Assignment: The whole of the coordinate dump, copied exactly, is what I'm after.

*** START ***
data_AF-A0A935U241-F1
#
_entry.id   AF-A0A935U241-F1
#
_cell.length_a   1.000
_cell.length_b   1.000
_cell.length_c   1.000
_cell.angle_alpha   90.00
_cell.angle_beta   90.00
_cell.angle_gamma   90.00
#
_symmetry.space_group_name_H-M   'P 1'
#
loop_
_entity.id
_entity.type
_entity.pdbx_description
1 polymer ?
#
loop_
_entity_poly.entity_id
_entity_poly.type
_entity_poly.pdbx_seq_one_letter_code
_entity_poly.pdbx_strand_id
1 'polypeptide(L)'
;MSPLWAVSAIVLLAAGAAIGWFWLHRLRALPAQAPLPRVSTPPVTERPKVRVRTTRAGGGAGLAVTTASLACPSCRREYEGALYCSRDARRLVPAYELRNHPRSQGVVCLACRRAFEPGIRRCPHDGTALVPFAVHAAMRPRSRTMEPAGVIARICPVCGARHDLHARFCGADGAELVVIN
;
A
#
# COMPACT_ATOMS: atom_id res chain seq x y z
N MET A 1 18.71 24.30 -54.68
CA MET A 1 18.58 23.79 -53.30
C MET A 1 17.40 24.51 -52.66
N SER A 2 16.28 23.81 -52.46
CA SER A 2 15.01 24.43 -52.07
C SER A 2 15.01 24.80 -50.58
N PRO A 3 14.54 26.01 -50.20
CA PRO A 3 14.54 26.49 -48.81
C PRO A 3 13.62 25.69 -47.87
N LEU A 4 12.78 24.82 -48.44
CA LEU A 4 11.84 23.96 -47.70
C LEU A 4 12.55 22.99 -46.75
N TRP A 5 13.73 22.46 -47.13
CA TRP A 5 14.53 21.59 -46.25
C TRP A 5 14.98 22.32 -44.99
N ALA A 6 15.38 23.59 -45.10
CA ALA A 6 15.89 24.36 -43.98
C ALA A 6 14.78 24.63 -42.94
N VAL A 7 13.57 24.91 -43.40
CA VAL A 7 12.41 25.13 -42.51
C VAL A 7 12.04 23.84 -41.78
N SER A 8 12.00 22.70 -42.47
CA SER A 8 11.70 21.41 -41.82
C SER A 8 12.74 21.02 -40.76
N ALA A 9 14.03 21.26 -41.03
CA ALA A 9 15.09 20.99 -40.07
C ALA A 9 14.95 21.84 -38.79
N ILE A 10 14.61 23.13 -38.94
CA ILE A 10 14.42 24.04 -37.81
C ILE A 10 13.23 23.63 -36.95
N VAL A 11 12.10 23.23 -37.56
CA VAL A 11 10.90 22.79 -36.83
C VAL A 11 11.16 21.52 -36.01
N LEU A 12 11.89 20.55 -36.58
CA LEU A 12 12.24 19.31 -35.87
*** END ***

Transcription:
data_AF-A0A935U241-F1
#
_entry.id   AF-A0A935U241-F1
#
_cell.length_a   1.000
_cell.length_b   1.000
_cell.length_c   1.000
_cell.angle_alpha   90.00
_cell.angle_beta   90.00
_cell.angle_gamma   90.00
#
_symmetry.space_group_name_H-M   'P 1'
#
loop_
_entity.id
_entity.type
_entity.pdbx_description
1 polymer ?
#
loop_
_entity_poly.entity_id
_entity_poly.type
_entity_poly.pdbx_seq_one_letter_code
_entity_poly.pdbx_strand_id
1 'polypeptide(L)'
;MSPLWAVSAIVLLAAGAAIGWFWLHRLRALPAQAPLPRVSTPPVTERPKVRVRTTRAGGGAGLAVTTASLACPSCRREYEGALYCSRDARRLVPAYELRNHPRSQGVVCLACRRAFEPGIRRCPHDGTALVPFAVHAAMRPRSRTMEPAGVIARICPVCGARHDLHARFCGADGAELVVIN
;
A
#
# COMPACT_ATOMS: atom_id res chain seq x y z
N MET A 1 18.71 24.30 -54.68
CA MET A 1 18.58 23.79 -53.30
C MET A 1 17.40 24.51 -52.66
N SER A 2 16.28 23.81 -52.46
CA SER A 2 15.01 24.43 -52.07
C SER A 2 15.01 24.80 -50.58
N PRO A 3 14.54 26.01 -50.20
CA PRO A 3 14.54 26.49 -48.81
C PRO A 3 13.62 25.69 -47.87
N LEU A 4 12.78 24.82 -48.44
CA LEU A 4 11.84 23.96 -47.70
C LEU A 4 12.55 22.99 -46.75
N TRP A 5 13.73 22.46 -47.13
CA TRP A 5 14.53 21.59 -46.25
C TRP A 5 14.98 22.32 -44.99
N ALA A 6 15.38 23.59 -45.10
CA ALA A 6 15.89 24.36 -43.98
C ALA A 6 14.78 24.63 -42.94
N VAL A 7 13.57 24.91 -43.40
CA VAL A 7 12.41 25.13 -42.51
C VAL A 7 12.04 23.84 -41.78
N SER A 8 12.00 22.70 -42.47
CA SER A 8 11.70 21.41 -41.82
C SER A 8 12.74 21.02 -40.76
N ALA A 9 14.03 21.26 -41.03
CA ALA A 9 15.09 20.99 -40.07
C ALA A 9 14.95 21.84 -38.79
N ILE A 10 14.61 23.13 -38.94
CA ILE A 10 14.42 24.04 -37.81
C ILE A 10 13.23 23.63 -36.95
N VAL A 11 12.10 23.23 -37.56
CA VAL A 11 10.90 22.79 -36.83
C VAL A 11 11.16 21.52 -36.01
N LEU A 12 11.89 20.55 -36.58
CA LEU A 12 12.24 19.31 -35.87